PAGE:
Between 1913 and the outbreak of World War II, the banking industry in the U.S. experienced times of remarkable growth and periods of disastrous contraction. The Roaring Twenties saw a boom in wealth creation and economic activity. They were followed, however, by the crash on Black Tuesday 1929, the loss of some 9,000 banks by 1933, and the Great Depression that continued until America’s entry in World War II in late 1941.
The important role banks play in a modern economy
Since those times of tumult, new government regulations have ensured that Americans’ confidence in their banking system has grown over time. Today, there are laws that guard against the type of speculatory activities that helped contribute to the 1929 crash, and the government-created Federal Deposit Insurance Corp, or FDIC, helps to insure bank accounts against losses up to certain set limits. As a result, the industry has enjoyed a lengthy period of relative stability that has allowed it to fulfill its key role in America’s modern economy.
The most obvious role of today’s banks is seen in the way in which they facilitate day-to-day transactions throughout the economy. Obviously, modern banks no longer carry massive amounts of physical currency, since most of the money in any bank consists of electronic records maintained on computer systems, but banks are still basically “where the money is” – as famed bank robber Willie Sutton once noted when he was asked why he robbed banks. Though most transactions are now conducted electronically, banks remain the backbone of that payment system.
In fact, the presence of banks in a developed economy are vital for ensuring that business and commerce function as seamlessly as possible. The availability of checking and savings accounts – and customers’ easy access to those services – enables companies to pay vendors and employees without the need to maintain huge supplies of physical cash. It makes it easier for workers to receive their pay and simplifies commerce by providing consumers with easy options for purchasing goods and services.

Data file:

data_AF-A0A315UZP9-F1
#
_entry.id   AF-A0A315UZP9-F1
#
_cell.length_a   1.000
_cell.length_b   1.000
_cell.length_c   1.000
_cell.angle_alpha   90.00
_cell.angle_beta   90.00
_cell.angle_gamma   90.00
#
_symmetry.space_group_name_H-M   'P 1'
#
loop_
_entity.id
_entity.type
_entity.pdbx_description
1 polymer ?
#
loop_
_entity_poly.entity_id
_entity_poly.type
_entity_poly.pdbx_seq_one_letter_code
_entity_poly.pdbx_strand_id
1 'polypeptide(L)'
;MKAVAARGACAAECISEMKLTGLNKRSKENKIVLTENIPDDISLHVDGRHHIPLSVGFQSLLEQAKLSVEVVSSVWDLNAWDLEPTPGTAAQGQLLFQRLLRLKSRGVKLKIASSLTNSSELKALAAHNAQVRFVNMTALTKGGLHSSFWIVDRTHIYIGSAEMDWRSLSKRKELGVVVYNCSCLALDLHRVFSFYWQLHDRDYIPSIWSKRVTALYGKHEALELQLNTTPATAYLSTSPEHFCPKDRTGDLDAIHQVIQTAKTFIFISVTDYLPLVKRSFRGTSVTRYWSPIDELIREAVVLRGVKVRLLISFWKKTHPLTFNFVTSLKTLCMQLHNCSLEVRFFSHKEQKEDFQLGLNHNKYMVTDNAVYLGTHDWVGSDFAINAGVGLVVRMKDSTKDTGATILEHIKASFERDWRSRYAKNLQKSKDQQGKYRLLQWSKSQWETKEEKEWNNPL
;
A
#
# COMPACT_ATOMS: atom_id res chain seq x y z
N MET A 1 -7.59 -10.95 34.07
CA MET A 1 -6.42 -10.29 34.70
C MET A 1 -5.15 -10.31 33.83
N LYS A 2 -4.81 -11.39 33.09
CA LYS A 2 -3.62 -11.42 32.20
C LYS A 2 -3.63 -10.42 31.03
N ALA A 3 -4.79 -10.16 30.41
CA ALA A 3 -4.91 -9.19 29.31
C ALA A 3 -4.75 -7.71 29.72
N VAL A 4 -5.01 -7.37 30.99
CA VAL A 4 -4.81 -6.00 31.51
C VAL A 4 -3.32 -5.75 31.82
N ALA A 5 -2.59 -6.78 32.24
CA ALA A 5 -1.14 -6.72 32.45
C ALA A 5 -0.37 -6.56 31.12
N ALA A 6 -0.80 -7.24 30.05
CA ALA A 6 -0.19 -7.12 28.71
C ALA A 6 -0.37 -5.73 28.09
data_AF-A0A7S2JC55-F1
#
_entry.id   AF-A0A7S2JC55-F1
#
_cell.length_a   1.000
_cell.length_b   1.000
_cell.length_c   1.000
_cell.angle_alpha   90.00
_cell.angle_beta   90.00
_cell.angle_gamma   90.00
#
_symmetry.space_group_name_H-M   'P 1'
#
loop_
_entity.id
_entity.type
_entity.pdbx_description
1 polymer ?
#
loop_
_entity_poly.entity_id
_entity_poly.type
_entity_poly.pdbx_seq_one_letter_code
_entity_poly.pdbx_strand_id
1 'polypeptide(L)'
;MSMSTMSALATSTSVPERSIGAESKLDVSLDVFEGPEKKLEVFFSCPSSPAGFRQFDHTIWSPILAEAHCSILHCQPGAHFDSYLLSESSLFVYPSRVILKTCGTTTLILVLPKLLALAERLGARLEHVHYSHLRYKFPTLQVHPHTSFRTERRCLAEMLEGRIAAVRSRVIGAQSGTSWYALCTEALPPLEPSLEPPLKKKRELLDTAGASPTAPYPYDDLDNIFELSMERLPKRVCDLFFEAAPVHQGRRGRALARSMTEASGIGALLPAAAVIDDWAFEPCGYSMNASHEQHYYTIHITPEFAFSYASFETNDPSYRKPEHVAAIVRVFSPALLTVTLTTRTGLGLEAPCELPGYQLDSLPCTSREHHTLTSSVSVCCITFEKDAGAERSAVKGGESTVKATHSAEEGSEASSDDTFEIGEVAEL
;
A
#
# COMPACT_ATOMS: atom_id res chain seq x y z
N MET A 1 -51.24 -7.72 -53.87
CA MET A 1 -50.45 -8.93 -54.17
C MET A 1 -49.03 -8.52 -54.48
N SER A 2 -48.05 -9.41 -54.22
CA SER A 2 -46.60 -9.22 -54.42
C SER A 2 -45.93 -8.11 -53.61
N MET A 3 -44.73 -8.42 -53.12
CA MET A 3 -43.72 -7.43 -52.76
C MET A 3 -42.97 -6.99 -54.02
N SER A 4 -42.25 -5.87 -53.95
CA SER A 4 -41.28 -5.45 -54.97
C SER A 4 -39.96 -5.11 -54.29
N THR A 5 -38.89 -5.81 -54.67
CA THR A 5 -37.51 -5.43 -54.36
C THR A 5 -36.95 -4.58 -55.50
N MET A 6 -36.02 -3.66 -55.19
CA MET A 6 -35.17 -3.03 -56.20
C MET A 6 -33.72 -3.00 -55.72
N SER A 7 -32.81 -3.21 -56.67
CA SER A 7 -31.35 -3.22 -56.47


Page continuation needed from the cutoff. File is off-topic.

In addition, banks provide the critical lending businesses and consumers need to operate businesses, purchase large-ticket items, and finance homes, cars, and other important assets. Without banks and other lending institutions, companies and individuals would need to either save their money in physical form until they could afford those purchases or find private moneylenders or investors willing to provide them with the funding they need.
Banks also play a vital financial intermediary role in an economies capital markets, connecting the savers whose accounts supply capital to the borrowers who use loans. Moreover, when banks lend and those funds are redeposited in other banks, that money is then used to make other loans. As that process plays out throughout the economy, it creates more money, wealth, and growth opportunity.
Perhaps most important of all is the role that the banking industry plays in ensuring that the economy runs as efficiently as possible. As banks receive deposits and make loans, they help to provide a stable and efficient way for capital to be funneled between savers and borrowers. That process helps to remove much of the friction that might otherwise impede economic activity and growth.
Banks can open the door to the modern economy
Finally, it is important to understand what the world looks like in areas where banking services are not readily available. In many developing countries, large segments of the population continue to lack access to even basic financial services. For example, China reportedly has more than 200 million people – a number equal to nearly two-thirds of the U.S. population – who have no bank account. In like manner, India’s unbanked population was around 190 million just a few years ago. And while progress has been made in recent years, somewhere around 1.5 to 1.7 billion people around the world continue to lack access to banking services.
Even in a developed country like the U.S., between 5 and 6 percent of Americans remain unbanked. That number is even higher for low-income Americans, which reinforces the important role that banks play not only in the economy but in the lives of individual citizens as well. People without bank access are less likely to own homes, start businesses, grow and save wealth, or fully participate in the economy.
For all these reasons and more, it is important to acknowledge the vital contribution that modern banking provides to the U.S. and world economy. That recognition can help to motivate the banking industry, its stakeholders, and policymakers at every level to continue to prioritize the financial access and inclusion needed to ensure that the economy continues to enjoy sustainable growth and wealth creation in the years to come.